Oh, there’s an unimpeachable source — Wikipedia!
To an Arabic speaker, the term “jihadist” means one who practices jihad in order to attain a perfect level of faith.
Does it really? But I thought that you “had never heard the term jihadist before the media started exercising its use.”
In fact, the Quran tells Muslims to “enjoin good and forbid evil” (Quran 3:104).
Sure. Now define “good” and “evil” in Qur’anic terms and we might be inching toward some kind of understanding.
Therefore, knowing that this term is quite complex to Muslims, it seems unjust that non-Muslims could oversimplify the principle of jihad to further a political agenda, such as the Patriot Act.
Tell it to Osama bin Laden and the legions of other jihadists around the world.
Faced with the renewal of the Patriot Act, the recent filibuster shows that there has been avid disagreement as to how to address the controversial parts of the act. The broad powers outlined in the Patriot Act are frighteningly unconstitutional in that they allow our government to create evidence that might not exist.
If, for example, my 17-year-old daughter checks out books from the library pertaining to jihad and this information is passed on to the FBI, she could be detained for questioning because her name is very obviously Muslim. This fact might also lead the FBI to wonder why she wants to learn more about jihad, which in their minds means “terrorism” and “holy war.”
Aside from the tosh about the Patriot Act, I just wonder where the FBI got the crazy notion that jihad had anything to do with terrorism and holy war.
We must question ourselves about the effectiveness of our system of checks and balances if our government is given powers so broad that their evidence is based on a one-dimensional perspective of jihad.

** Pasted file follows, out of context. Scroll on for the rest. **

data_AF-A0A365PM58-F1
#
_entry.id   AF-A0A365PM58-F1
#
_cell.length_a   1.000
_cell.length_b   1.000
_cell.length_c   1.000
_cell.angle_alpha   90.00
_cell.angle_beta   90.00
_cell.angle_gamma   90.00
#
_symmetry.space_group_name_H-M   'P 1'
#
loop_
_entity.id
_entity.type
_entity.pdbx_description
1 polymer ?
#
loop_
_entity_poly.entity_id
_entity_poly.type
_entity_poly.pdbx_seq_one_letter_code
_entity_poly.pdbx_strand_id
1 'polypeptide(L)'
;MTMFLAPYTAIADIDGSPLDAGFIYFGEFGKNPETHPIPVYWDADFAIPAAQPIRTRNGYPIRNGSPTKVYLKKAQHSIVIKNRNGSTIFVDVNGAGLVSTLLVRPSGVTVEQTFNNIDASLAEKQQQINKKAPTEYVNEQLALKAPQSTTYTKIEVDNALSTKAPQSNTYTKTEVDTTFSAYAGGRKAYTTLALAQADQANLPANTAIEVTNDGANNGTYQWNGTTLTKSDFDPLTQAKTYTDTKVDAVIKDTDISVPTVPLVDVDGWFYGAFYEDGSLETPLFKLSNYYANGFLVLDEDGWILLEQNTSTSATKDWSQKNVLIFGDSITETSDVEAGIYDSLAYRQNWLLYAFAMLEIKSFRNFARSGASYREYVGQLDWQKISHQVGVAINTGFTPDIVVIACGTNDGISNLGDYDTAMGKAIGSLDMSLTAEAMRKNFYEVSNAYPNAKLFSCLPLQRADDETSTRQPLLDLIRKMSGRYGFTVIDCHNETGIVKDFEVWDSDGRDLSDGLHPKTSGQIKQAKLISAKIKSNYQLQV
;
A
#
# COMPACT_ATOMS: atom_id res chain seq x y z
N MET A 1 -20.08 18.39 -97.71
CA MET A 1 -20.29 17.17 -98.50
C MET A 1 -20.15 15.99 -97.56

Let’s face it, if you’re an FBI agent and you really don’t like anything about Muslims, your objectivity about related evidence is tainted. How ironic that my daughter is so American in her culture that she would like to become Mrs. Matt Leinart, the USC Heisman-winning quarterback, but her name and her religion peg her as a potential jihadist as she searches for books in the library.
Faced with the task of becoming more knowledgeable about her religion, my daughter searched the Quran to find the exact meaning of jihad and came to this conclusion: “I think it’s a good thing, mom, because I’m striving to perfect my religion.”
After coming home with about 15 books on the subject of jihad, checked out from our local public library, my husband very worriedly pointed out that we might be receiving a knock on our door from the FBI. We’ll let you know if they show up, but they’d better not interrupt the Rose Bowl game between USC and Texas, or they’ll hear my adolescent’s wrath for showing up at such an inopportune moment.
non-Muslim Semeen Issa is a teacher at an Arcadia Unified School District middle school.
I hope you do let us know if the FBI shows up. And that you’ll write a more balanced follow-up if they don’t.